These days most of us associate baskets and pegs with the drudgery of weekly chores. However, such terms have not always been restricted to the linen cupboard. Some readers will remember way back in the early 80s when the value of the Australian dollar was determined by a crawling peg and a basket of foreign currencies.
According to Dr Mardi Dungey, a fellow at the Economics Division Research School of Pacific and Asian Studies at the ANU in Canberra, this crawling peg regime was suddenly abandoned in December 1983 when the currency came under a great deal of pressure.
Rather than continuing the practice of periodically establishing a set exchange rate for the currency, the then Labor Federal Government allowed the relative value of the dollar to be determined on international currency exchanges.
This was called floating the dollar. In recent times it is all too easy to look at the slumping value of the Australian dollar with respect to its US counterpart and suspect it would never have happened if the dollar had not been floated in the first place.
Nonetheless, economists of all persuasions and flavours will tell you that the floating of the dollar was an essential step in the modernisation of the Australian economy.
By their very nature, fixed exchange rates are attractive to importers and exporters because they take away a lot of the risk associated with trading in foreign currencies. Yet it is not quite that simple.
The Government has two basic tools to
maintain a healthy, productive economic environment: fiscal controls like taxes and expenditure and monetary controls like interest and exchange rates.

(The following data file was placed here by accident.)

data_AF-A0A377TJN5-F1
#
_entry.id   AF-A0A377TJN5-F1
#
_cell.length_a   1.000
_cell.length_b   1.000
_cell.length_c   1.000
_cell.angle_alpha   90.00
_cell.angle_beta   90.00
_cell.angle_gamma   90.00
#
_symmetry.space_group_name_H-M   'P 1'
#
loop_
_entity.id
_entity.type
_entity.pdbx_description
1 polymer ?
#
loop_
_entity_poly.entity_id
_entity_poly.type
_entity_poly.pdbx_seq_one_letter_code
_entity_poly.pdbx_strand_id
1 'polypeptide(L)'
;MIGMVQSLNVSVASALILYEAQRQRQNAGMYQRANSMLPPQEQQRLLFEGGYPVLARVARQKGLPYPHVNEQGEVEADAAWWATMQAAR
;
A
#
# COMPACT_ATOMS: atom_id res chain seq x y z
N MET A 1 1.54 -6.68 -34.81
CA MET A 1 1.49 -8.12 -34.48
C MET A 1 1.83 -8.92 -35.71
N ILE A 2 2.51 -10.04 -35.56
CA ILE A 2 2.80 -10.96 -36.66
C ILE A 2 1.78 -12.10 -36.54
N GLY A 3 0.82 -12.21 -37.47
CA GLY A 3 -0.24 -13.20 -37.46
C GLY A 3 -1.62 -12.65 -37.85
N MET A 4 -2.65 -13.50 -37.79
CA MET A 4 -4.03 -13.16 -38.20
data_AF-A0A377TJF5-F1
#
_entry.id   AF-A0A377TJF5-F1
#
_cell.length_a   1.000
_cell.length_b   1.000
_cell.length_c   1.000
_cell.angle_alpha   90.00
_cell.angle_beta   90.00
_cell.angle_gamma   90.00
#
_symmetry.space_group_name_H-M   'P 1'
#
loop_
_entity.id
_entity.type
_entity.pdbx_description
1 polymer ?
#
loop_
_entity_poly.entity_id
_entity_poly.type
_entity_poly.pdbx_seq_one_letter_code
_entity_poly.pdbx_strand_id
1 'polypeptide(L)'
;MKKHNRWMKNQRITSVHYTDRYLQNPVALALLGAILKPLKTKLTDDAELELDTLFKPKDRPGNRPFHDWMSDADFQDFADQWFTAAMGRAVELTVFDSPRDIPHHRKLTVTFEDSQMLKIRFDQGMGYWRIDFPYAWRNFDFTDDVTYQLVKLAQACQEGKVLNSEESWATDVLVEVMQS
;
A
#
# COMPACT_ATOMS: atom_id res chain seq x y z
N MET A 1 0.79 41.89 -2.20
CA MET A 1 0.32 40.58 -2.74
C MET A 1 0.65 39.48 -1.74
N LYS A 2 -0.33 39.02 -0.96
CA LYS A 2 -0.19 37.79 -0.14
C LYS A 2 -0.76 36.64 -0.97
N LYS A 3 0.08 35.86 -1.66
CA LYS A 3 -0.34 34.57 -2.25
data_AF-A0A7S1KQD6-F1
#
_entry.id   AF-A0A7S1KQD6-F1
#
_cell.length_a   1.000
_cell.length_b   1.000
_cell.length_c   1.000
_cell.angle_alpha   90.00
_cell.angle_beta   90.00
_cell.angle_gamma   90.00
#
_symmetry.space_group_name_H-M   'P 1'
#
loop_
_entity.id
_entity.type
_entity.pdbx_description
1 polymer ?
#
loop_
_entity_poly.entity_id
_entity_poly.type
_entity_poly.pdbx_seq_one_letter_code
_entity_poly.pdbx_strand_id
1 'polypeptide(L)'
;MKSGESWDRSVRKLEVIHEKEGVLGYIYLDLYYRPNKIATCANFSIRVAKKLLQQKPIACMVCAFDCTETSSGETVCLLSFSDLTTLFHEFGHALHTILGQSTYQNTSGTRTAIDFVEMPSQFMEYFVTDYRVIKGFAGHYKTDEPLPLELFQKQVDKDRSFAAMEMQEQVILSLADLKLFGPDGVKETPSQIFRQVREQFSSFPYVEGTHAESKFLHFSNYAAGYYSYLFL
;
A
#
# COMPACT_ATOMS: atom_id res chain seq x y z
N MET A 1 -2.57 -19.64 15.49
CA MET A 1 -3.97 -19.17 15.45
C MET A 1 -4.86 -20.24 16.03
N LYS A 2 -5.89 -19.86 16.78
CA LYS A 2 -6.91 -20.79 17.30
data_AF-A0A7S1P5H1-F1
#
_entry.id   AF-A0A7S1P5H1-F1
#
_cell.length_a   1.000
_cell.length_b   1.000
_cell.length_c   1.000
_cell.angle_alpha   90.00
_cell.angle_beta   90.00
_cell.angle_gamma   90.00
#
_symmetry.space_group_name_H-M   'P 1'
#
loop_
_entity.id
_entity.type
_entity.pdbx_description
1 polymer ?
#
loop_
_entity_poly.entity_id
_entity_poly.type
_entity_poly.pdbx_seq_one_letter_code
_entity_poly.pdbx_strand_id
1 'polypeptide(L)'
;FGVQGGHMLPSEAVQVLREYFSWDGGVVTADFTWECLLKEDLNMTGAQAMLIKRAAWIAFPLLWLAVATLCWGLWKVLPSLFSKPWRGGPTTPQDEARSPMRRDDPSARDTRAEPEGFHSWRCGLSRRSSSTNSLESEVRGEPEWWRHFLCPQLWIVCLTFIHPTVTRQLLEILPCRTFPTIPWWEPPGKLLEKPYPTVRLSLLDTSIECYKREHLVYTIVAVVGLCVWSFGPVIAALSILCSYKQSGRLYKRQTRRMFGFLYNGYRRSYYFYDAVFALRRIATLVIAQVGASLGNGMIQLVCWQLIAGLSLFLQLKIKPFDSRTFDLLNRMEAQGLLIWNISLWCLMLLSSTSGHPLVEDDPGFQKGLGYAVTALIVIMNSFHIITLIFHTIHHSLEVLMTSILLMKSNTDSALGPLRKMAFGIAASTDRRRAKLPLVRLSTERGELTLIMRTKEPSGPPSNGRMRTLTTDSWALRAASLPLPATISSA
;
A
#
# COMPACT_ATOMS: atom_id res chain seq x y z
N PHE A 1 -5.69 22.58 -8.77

In eco-babble, the floating of the Australian dollar freed both monetary and fiscal policy to focus on the domestic economy.
The floating exchange also helps to "cushion" the economy against international shocks like sudden surges in the value of the US dollar economy.
If our currency were pegged to the US dollar and their economy went into overdrive, we would have to put the pedal to the metal and somehow attempt to keep up with them or begin to reduce the dollar value of our exports.
Try as we might, in recent years we have not been able to keep up with the US economy, powered by 280 million people (including 274 of the world's 477 billionaires), not to mention massive industrial and financial infrastructure.
Attempting to keep up would drastically drive up prices and send our own economy into recession. Alternatively, we would have to suddenly reduce the value of our currency with respect to the US dollar, and drive our own economy into recession.
Recession is bad. Anyone old enough to read this article would have some memory of the recession we had to have. Depending on where you were sitting at the time you may have lost a job, a business, a house, your life savings or at the very least know someone who did.
Although importers and exporters are forced to gamble with a floating exchange rate, the alternative is a gamble on economic stability, which carries with it a significant risk for the whole economy.
As it stands, sudden falls in the value of the dollar with respect to other currencies puts big smiles on the faces of exporters, and concerned expressions on the faces of importers. On the other hand, when our currency is strong, importers smile and exporters frown. If nothing else, at least the pain is shared around at different times, rather than felt by everyone all at once.*NB. None of these casual musings would have been possible without the help of Dr Mardi Dungey. If in doubt, ask an academic - at the very least you will get an answer that sounds right.